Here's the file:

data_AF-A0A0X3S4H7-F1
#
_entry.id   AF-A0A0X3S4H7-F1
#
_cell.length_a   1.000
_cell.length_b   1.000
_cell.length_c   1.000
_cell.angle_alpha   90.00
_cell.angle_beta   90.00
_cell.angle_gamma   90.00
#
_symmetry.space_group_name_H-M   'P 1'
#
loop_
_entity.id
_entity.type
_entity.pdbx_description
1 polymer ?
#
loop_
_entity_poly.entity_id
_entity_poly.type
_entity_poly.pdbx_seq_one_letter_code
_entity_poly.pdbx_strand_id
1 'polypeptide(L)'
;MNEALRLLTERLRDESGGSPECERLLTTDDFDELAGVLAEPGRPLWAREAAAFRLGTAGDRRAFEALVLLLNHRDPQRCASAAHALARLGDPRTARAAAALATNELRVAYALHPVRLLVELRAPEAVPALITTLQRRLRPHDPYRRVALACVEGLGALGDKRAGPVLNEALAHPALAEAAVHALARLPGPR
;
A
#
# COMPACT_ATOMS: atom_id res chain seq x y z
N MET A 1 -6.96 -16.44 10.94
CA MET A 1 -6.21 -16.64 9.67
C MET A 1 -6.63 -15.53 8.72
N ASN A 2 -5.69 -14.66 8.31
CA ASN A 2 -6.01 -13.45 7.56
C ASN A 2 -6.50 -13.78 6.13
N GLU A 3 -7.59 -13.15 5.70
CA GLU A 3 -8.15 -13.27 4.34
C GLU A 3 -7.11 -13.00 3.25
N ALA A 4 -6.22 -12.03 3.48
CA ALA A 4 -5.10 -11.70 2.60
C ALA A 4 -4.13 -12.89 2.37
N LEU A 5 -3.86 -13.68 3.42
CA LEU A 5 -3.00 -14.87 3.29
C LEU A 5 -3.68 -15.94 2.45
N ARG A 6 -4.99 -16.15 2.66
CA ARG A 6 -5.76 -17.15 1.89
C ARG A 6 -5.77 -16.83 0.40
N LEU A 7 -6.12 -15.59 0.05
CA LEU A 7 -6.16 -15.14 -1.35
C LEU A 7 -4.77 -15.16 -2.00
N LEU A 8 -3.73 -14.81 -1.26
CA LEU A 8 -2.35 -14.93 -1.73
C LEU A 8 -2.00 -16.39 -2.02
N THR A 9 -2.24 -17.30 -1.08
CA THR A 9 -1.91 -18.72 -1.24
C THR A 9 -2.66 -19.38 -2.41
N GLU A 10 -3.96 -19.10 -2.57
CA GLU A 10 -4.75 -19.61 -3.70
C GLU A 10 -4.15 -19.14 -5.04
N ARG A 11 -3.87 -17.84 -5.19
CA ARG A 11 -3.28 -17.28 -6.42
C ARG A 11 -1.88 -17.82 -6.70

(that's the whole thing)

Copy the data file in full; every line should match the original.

data_AF-A0A0X3S4H7-F1
#
_entry.id   AF-A0A0X3S4H7-F1
#
_cell.length_a   1.000
_cell.length_b   1.000
_cell.length_c   1.000
_cell.angle_alpha   90.00
_cell.angle_beta   90.00
_cell.angle_gamma   90.00
#
_symmetry.space_group_name_H-M   'P 1'
#
loop_
_entity.id
_entity.type
_entity.pdbx_description
1 polymer ?
#
loop_
_entity_poly.entity_id
_entity_poly.type
_entity_poly.pdbx_seq_one_letter_code
_entity_poly.pdbx_strand_id
1 'polypeptide(L)'
;MNEALRLLTERLRDESGGSPECERLLTTDDFDELAGVLAEPGRPLWAREAAAFRLGTAGDRRAFEALVLLLNHRDPQRCASAAHALARLGDPRTARAAAALATNELRVAYALHPVRLLVELRAPEAVPALITTLQRRLRPHDPYRRVALACVEGLGALGDKRAGPVLNEALAHPALAEAAVHALARLPGPR
;
A
#
# COMPACT_ATOMS: atom_id res chain seq x y z
N MET A 1 -6.96 -16.44 10.94
CA MET A 1 -6.21 -16.64 9.67
C MET A 1 -6.63 -15.53 8.72
N ASN A 2 -5.69 -14.66 8.31
CA ASN A 2 -6.01 -13.45 7.56
C ASN A 2 -6.50 -13.78 6.13
N GLU A 3 -7.59 -13.15 5.70
CA GLU A 3 -8.15 -13.27 4.34
C GLU A 3 -7.11 -13.00 3.25
N ALA A 4 -6.22 -12.03 3.48
CA ALA A 4 -5.10 -11.70 2.60
C ALA A 4 -4.13 -12.89 2.37
N LEU A 5 -3.86 -13.68 3.42
CA LEU A 5 -3.00 -14.87 3.29
C LEU A 5 -3.68 -15.94 2.45
N ARG A 6 -4.99 -16.15 2.66
CA ARG A 6 -5.76 -17.15 1.89
C ARG A 6 -5.77 -16.83 0.40
N LEU A 7 -6.12 -15.59 0.05
CA LEU A 7 -6.16 -15.14 -1.35
C LEU A 7 -4.77 -15.16 -2.00
N LEU A 8 -3.73 -14.81 -1.26
CA LEU A 8 -2.35 -14.93 -1.73
C LEU A 8 -2.00 -16.39 -2.02
N THR A 9 -2.24 -17.30 -1.08
CA THR A 9 -1.91 -18.72 -1.24
C THR A 9 -2.66 -19.38 -2.41
N GLU A 10 -3.96 -19.10 -2.57
CA GLU A 10 -4.75 -19.61 -3.70
C GLU A 10 -4.15 -19.14 -5.04
N ARG A 11 -3.87 -17.84 -5.19
CA ARG A 11 -3.28 -17.28 -6.42
C ARG A 11 -1.88 -17.82 -6.70